Inflation is scourging the land: Biden’s Fed appointees aren’t the cavalry

Inflation is scourging the land. In January it hit 7.5%, a forty-year high. The Fed is failing in its mandate to maintain “stable prices” and suffers the dangerous conceit enlightened central bankers can direct the economy better than the market. President Biden’s Fed appointees aren’t the cavalry, far from it.

Many Americans are too young to have experienced the scourge of inflation that roiled the country in the seventies. Inflation is too much money chasing too few goods. Thanks to Washington’s binge of money-printing and spending, suffocating regulation suppressing production, and Fed complacency, inflation is back. It’s a stealth tax punishing saving, creditors, and the working poor, and rewarding debtors, the biggest of whom is Uncle Sam.

Congress and the administration look to the Fed to bail them out of destructive fiscal and regulatory policies. Many at the Fed believe they can and should manage the economy. That’s beyond its ken. The Fed does, however, have tools to rein in inflation. That’s what it should focus on. The FOMC needs to find its inner Paul Volcker. If it hikes interest rates and reduces its bloated balance sheet sufficiently, it will curb inflation.

But Biden’s Fed appointees won’t bring a hawkish voice or narrow its focus. They’ll expand and further politicize the central bank and paramount financial-system regulator’s role, raise the fossil-fuel industry’s cost of capital, and racialize credit.

Biden renominated Jay Powell Chairman and nominated Governor Lael Brainard Vice Chairman, law professor and former governor Sarah Bloom Raskin Vice Chair of Supervision, and economists Lisa Cook and Philip Jefferson governors.

Powell has been a dove’s dove and willfully blind to the looming threat of inflation, which were preconditions to Biden reappointing him. On his watch, gorging on Treasuries and mortgage-backed securities, the Fed’s balance sheet doubled, and the money supply increased 403%. When the Fed buys assets it creates money, suppresses interest rates, and, thereby, fuels inflation.

In January yoy gas was up 40% and used cars 40.5%. In 2021 the median existing-home price rose 15.8%. As inflation picked up a head of steam, the Fed played make-believe, stubbornly maintaining it was “transitory.” Joe and Sally Sixpack are paying dearly for the Fed’s dereliction of duty.

Brainard is just as dovish as Powell, supports more punitive bank regulation endearing her to progressive heartthrob and financial-industry foe Senator Elizabeth Warren, and is socializing introducing climate-change considerations into the Fed’s prudential regulation, setting the stage to punish banks financing oil, gas, and coal producers.

Raskin is a climate-change fundamentalist. In “Why Is the Fed Spending So Much Money on a Dying Industry?” she trumpeted her Green faith and desire to preference credit for job-intensive – i.e. less productive, renewables over fossil fuels, decried “surging carbon dioxide,” and warned of the looming “catastrophe of an unlivably hot planet.”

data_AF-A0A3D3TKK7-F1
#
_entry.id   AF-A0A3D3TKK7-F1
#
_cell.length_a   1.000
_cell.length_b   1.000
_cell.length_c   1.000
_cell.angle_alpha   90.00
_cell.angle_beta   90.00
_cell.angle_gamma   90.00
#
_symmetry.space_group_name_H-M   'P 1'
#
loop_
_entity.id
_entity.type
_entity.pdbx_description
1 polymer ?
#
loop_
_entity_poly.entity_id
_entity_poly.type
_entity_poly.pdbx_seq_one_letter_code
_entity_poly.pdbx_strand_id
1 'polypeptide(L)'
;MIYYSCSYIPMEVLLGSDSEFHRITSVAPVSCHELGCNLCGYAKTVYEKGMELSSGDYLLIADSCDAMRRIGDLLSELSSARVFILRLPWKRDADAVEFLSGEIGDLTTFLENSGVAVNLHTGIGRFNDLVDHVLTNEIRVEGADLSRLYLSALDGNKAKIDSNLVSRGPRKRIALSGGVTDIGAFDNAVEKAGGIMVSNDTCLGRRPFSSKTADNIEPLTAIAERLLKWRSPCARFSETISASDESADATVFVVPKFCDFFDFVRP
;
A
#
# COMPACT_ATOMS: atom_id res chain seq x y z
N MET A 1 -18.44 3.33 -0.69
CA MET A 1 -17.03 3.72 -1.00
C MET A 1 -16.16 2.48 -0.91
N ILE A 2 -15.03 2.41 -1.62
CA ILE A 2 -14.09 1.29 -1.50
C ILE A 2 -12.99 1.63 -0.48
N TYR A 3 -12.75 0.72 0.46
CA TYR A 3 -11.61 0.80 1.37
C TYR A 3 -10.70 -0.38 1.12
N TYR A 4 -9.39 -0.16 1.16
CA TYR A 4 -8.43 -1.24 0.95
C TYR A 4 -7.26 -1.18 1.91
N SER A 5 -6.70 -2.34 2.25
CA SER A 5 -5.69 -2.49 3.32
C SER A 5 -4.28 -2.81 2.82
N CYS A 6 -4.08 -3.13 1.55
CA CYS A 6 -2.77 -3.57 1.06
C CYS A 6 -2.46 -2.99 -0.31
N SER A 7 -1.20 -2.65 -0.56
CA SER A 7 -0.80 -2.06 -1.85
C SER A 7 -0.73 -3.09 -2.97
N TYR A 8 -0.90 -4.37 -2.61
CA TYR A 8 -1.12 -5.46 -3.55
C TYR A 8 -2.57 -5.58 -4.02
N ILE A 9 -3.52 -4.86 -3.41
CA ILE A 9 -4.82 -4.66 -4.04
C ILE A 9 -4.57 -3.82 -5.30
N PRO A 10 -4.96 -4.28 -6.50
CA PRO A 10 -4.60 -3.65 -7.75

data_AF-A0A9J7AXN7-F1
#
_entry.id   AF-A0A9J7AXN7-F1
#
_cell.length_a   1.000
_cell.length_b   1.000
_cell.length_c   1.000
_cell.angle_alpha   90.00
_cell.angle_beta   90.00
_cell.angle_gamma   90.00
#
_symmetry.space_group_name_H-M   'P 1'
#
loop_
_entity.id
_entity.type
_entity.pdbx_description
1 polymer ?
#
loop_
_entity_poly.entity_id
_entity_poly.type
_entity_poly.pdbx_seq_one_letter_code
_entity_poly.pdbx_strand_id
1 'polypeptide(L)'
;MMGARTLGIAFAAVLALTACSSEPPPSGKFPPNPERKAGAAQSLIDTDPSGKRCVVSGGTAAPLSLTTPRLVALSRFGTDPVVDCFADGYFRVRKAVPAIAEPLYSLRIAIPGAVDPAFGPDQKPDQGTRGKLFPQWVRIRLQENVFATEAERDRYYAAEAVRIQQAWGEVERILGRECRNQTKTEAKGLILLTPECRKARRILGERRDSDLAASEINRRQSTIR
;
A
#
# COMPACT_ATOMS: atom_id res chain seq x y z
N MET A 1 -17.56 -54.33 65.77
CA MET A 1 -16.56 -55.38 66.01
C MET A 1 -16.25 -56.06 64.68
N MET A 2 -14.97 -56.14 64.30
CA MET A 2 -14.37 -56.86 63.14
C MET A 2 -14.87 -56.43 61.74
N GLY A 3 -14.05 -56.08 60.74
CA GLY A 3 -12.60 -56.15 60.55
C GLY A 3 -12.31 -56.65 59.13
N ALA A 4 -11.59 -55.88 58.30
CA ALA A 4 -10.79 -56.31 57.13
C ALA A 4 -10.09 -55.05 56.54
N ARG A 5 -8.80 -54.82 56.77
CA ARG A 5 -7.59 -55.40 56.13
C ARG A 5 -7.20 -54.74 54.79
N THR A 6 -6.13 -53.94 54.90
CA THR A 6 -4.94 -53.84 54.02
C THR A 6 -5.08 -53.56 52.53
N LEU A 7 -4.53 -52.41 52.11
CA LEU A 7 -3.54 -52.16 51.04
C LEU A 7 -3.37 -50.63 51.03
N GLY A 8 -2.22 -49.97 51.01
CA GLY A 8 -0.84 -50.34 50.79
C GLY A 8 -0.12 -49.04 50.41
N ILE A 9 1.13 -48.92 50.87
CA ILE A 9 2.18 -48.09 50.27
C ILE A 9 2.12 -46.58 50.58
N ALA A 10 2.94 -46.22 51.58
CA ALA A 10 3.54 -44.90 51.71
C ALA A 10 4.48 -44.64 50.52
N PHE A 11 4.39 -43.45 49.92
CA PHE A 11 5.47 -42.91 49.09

Fossil fuels provide 79% of America’s energy. If the Biden Fed starves the fossil-fuel industry of capital, it will increase energy costs, making consumers poorer and businesses less competitive. Even if it wasn’t horrendous policy, it isn’t the Fed’s place to decide to engage in a Green holy war against fossil fuels. That folly is the politically-accountable Congress’s prerogative.

Cook served in the Obama White House, has a NYT guest column, contributes to CNBC, MSNBC, and NPR, served on the Biden-Harris financial-regulator-agency-review-transition team, and supports “reparations” for black Americans. Cook was nominated not because she’s an estimable monetary economist but rather because she’s a she, she’s black, and she’s a brass-collar Democrat, none of which is a good reason.

By reputation economist Philip Anderson is apolitical. Preternaturally sunny Hoover economist, National Review contributor, and former Trump adviser Kevin Hassett sings his laurels declaring he’s the kind of economist he would’ve been happy with and President Trump could’ve appointed. That may be naïve. Anderson’s commentaries in PBS NewsHour, NPR, CNBC, and Bloomberg Radio suggest comfort in the establishment left. The Biden administration wouldn’t knowingly nominate a man Hassett would be comfortable with.

The Fed’s statutory monetary mandate is stable prices, i.e. zero inflation, maximum employment, and moderate long-term interest rates. Stable prices support maximum sustainable long-term employment and wealth creation.

The central bank takes an expansive view of its remit. In 2012 the Fed on its own prerogative declared it would target 2% inflation, prices doubling every 35 years. While lawless, there was nary a peep of protest from Congress. In 2020 the Fed went a step further, announcing it would inflation-average,” allow inflation higher than 2% to catch up for prior inflation below its target.

Interest rates are the economy’s most important price, the price of present versus future consumption and investment. The Fed influences them. Its real benchmark interest rate is now a mind-boggling negative 7.5%. Keeping interest rates artificially low causes systemic malinvestment and risk.

Milton Friedman warned concentrated power, no matter how well-intentioned, is dangerous. The Fed embodies unchecked concentrated power at the heart of the financial system.

Who’s on the Fed board matters so much because of the enormous power it wields and license it takes. Until Congress circumscribes its mission, the Senate must be extra-vigilant ensuring hawks with a narrow view of its role, run the central bank, rather than partisans keen to use the Fed’s monetary, regulatory, and operating powers to try to manage the economy, preference credit for favored sectors, and advance a political agenda.